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How can we empower the teaching profession and reduce teachers’ workload?

Discussion in 'Education news' started by TES_Rosaline, Jun 25, 2019.

  1. TES_Rosaline

    TES_Rosaline Administrator Staff Member

    From protecting newly qualified teachers from SLTs who are willing to take advantage of their willing new staff members’ wish to please to the experienced teachers who are pushed out of their beloved roles because they are too expensive for schools to keep. What do you think is the answer to retaining staff across the profession and do you think enough is being done to try and tackle the issue of workload and it’s crippling consequences for teachers and schools?

    Yvonne Williams, head of English at Portsmouth High School for Girls, gives her view on the issue:

    https://www.tes.com/news/teacher-workload-how-we-can-really-bring-about-change

    What do you think?
     
    shilpareddy_w likes this.
  2. JohnJCazorla

    JohnJCazorla Star commenter

    I despair of there ever being a way out of this mess.

    A basic solution would be for an appropriate power to say to a member of SLT, "You know this BS initiative that justifies your existence and higher salary. Well it is top-end BS and it ends now."

    That conversation will never take place, not least because the 'appropriate power' will also have their pet initiatives and both parties will have that essential SLT skill of deflecting criticism away, usually downwards.

    To rain on the next few posts...…..

    Encouraging union involvement is an easy way to give staff a voice but again that means SLT deliberately eroding their power. Not possible.

    Sorry about the negatives but I can't see any way other than a massive crash in a decade or so, possibly followed by a rebuilding from the bottom up. And no I can't see any politician even avoiding the crash let alone having the skills for the rebuilding.
     
  3. phlogiston

    phlogiston Star commenter

    Where I come from, the word "empowerment" is a weasel word meaning "you're on your own, chum" (only you're not their chum.)
     
  4. Happygopolitely

    Happygopolitely Established commenter

    Get rid of head teachers who are too scared to teach. Give teaching the credit it deserves and raise its profile.
     
    a1976, jlishman2158, bonxie and 2 others like this.
  5. lardylegs

    lardylegs Occasional commenter

    Seems to me the problem lies with the current content of the NPQH.
    There are far too many weasel worder experts on that gravy train, scoffing at the trough of public funding and producing bots who only know how to destroy and remove teachers with valuable experience,
     
  6. Christopher  Curtis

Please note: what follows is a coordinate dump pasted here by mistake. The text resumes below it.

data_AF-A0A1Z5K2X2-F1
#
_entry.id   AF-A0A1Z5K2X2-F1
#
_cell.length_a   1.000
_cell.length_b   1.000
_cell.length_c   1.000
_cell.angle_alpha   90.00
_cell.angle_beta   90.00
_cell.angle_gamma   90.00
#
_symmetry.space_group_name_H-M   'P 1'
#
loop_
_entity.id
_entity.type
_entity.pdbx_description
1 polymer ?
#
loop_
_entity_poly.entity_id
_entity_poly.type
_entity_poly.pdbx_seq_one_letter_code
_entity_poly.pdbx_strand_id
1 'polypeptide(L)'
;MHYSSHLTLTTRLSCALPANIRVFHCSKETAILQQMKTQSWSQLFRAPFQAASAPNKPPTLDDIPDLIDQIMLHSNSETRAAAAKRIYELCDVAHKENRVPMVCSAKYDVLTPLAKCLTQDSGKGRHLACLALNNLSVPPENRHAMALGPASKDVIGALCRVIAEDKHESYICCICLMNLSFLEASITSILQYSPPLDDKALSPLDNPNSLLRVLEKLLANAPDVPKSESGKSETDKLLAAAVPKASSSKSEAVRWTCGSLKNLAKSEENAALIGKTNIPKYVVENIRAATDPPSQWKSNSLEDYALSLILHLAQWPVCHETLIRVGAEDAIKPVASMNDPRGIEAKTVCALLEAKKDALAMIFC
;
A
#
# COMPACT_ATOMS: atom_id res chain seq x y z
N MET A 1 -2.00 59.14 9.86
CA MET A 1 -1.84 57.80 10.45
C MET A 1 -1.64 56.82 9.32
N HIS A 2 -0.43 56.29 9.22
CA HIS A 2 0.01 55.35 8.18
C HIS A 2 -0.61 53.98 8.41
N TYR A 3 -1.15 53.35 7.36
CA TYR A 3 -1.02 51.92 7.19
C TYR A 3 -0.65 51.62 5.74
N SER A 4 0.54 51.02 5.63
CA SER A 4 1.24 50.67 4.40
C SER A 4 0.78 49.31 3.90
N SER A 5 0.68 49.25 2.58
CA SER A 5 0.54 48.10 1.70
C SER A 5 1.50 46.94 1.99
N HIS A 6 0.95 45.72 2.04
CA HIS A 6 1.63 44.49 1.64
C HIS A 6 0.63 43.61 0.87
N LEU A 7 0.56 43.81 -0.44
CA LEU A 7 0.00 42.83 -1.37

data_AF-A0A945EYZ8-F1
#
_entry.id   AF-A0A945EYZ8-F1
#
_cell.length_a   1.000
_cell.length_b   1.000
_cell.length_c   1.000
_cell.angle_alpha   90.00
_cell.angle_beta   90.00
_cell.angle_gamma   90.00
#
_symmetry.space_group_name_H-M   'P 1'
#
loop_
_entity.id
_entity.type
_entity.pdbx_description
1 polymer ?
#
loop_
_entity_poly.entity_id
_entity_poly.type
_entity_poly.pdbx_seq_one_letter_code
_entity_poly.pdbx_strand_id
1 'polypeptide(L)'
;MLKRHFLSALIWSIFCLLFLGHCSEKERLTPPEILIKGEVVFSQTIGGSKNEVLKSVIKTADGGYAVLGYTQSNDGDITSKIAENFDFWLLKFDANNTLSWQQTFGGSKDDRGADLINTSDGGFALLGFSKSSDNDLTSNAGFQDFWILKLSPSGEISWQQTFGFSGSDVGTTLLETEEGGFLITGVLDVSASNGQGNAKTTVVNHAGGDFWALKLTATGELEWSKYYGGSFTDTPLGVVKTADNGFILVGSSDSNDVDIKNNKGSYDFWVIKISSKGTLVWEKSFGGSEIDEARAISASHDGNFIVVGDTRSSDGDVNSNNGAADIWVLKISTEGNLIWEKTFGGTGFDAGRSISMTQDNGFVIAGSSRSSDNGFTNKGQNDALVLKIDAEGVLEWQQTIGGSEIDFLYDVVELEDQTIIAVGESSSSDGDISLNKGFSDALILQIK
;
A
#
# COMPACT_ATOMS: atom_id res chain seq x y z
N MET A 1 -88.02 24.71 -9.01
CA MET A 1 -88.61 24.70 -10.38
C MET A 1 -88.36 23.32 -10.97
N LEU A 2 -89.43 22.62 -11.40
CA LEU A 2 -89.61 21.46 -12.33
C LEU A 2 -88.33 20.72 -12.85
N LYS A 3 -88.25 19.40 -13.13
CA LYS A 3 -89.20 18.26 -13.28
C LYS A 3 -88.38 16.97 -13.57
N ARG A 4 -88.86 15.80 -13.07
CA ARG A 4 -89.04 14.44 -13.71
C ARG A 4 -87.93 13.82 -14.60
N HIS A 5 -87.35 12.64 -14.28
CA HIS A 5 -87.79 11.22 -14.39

Christopher Curtis Occasional commenter

    The short answer is you can’t. I would have no trouble outlining a series of policies to do exactly what is needed, but they have no hope of being adopted because of the power structure in place in English education. To change that power structure requires teachers to unite in and support one education-focused and militant union and to join the various political parties that make education policy and use their mechanisms to effect change from the inside. I did the latter. So did others. Consequently, things are better here than they are there: https://community.tes.com/threads/don-t-give-up-the-eternal-battle.462500. They are not as good as they could be, however, because today’s teachers have no concept of professional solidarity. The Victorian AEU claims as its victories policies that the current government took to its 2014 election and simply implemented, but it is unable to restore the staffing levels or working conditions that existed 40 years ago because its members will not take action. In summary, there is a solution, but teachers won’t take it.
     
    jlishman2158 and JohnJCazorla like this.
  7. drek

    drek Lead commenter

    The divide and rule policy has produced the same effect such policies have always had.
    Chaos, a few making fortunes out of others misery and it takes years to clear up the mess left behind.
    Some pretending to be experts on policy making and ‘the craft of teaching’ which looks and sounds deeply rooted in meaningful scientific research when in fact it is an alchemists dream.... the reality is that it makes little difference if any to an underfunded deeply deeply divided culture.
    Administrators masquerading as teaching experts, underpaid and overworked support staff..... OFSTEd having too much power and too little expertise.
    What do such people do? Run X factor style judgmental shows.
    And somewhere in all this teachers go about their daily jobs forever in danger of being knocked out each year of their existence.
     
  8. bonxie

    bonxie Senior commenter